Tax efficiency: For many investors, taxes went up this year and in a variety of ways. These tax increases may have included a rise in state and federal ordinary tax rates, dividend income and capital gains tax rates, and higher distributions of gains from investment vehicles. These tax increases may result in a desire to achieve greater tax efficiency in your portfolio overall. You can potentially achieve this by looking at individual components of your portfolio, such as whether certain types of investments are held in taxable accounts vs. tax qualified accounts, and so on.
Credit quality: For investors with tax-exempt bonds, a review of credit quality may be particularly timely. There are certainly many municipalities that have experienced an improvement in their financials in the past year due to either higher tax revenues and/or stabilized expense structures. Yet there are also municipalities whose finances have deteriorated, in many cases due to challenges related to underfunded pension and health care liabilities.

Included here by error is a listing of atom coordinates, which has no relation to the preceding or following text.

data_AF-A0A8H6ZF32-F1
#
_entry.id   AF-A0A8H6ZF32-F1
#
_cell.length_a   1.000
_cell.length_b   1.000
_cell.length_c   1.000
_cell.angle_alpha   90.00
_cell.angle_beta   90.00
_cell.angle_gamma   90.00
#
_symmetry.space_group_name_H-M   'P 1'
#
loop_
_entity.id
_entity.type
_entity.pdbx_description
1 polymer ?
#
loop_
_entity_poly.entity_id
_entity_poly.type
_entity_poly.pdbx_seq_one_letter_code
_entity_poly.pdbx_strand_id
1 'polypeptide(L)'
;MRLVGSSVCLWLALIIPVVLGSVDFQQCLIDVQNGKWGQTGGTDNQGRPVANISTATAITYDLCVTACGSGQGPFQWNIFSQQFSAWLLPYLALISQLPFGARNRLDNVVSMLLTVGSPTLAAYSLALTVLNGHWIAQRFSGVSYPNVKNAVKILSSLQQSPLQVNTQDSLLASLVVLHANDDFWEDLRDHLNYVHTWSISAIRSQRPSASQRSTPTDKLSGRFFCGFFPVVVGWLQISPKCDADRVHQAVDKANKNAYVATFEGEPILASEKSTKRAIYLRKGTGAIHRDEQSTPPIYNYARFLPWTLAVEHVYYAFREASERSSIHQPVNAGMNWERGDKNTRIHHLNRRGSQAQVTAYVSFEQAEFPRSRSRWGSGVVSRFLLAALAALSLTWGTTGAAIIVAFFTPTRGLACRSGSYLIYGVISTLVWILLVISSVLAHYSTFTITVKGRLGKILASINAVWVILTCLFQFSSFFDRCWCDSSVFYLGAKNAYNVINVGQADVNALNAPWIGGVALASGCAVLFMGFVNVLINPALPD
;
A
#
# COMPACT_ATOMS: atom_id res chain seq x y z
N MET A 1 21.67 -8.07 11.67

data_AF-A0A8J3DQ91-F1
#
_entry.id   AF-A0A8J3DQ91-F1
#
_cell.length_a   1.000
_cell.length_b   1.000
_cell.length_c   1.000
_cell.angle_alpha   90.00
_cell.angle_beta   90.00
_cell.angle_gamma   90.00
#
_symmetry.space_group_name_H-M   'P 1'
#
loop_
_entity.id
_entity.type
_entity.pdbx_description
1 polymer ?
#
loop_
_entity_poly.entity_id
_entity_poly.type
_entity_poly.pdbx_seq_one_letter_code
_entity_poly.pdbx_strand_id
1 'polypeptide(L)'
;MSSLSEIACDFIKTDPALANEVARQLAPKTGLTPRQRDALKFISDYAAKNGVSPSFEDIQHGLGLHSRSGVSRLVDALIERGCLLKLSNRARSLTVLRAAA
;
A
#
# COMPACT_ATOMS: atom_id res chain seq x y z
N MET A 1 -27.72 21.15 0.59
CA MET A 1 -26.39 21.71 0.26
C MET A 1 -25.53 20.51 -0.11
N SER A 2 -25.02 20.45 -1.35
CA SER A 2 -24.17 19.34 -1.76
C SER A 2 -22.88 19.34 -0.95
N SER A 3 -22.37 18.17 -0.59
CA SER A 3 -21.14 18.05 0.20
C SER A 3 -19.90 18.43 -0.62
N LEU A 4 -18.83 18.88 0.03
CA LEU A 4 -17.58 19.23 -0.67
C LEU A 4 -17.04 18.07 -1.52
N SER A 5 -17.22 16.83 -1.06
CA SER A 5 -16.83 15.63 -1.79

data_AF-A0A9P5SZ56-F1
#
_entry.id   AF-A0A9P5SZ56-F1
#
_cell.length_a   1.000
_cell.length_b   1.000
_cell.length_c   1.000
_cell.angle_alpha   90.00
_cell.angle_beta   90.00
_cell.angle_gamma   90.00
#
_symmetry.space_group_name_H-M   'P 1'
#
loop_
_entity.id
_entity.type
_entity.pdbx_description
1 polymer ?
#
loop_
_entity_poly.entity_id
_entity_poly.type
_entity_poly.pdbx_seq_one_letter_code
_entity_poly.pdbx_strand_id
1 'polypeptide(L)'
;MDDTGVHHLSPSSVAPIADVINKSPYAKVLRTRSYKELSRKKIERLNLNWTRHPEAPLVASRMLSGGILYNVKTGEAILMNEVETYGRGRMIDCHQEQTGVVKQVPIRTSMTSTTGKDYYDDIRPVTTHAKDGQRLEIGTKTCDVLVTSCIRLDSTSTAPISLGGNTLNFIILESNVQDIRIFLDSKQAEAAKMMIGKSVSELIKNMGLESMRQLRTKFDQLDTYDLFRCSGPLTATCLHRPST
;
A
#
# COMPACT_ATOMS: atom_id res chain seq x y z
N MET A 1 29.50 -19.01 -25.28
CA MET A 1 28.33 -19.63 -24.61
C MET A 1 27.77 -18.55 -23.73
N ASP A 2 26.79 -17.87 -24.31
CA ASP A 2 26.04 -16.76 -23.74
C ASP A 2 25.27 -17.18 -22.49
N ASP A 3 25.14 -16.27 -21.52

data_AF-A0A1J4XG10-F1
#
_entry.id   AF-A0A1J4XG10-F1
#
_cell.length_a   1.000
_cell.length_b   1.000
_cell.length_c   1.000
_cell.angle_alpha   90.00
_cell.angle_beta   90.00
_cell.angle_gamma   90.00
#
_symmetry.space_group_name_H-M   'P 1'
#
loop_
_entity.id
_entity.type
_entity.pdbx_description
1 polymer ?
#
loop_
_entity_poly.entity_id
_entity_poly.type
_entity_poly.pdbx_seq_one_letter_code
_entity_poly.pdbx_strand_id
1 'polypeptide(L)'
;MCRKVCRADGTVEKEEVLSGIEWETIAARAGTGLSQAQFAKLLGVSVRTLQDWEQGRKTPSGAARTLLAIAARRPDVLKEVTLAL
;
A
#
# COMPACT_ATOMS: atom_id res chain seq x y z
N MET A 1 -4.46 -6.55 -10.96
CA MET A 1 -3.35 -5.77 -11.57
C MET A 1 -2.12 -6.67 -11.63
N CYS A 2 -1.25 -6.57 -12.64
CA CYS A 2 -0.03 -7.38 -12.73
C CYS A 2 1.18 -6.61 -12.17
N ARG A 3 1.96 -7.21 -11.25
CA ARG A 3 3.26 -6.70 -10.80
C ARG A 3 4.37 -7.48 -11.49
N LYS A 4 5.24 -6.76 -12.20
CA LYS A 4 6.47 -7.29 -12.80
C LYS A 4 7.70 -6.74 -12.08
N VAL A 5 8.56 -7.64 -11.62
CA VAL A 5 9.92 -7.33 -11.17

Rebalancing: It has been a year in which we have seen notable outperformance by certain types of assets, while the performance of others has been disappointing. When we have a year like this where there is a lot of performance divergence between asset classes, there is a tendency for investors to want to purchase more of what has worked and jettison those that have not. Such a strategy can end up increasing risk for investors as they buy assets that are more expensive and sell assets that are on sale, and they end up being concentrated or out of balance in certain types of assets. Having a disciplined approach to rebalance back to your investment plan’s target asset allocation can help to take the emotion out of this decision and keep risk levels more in line with what you had originally intended.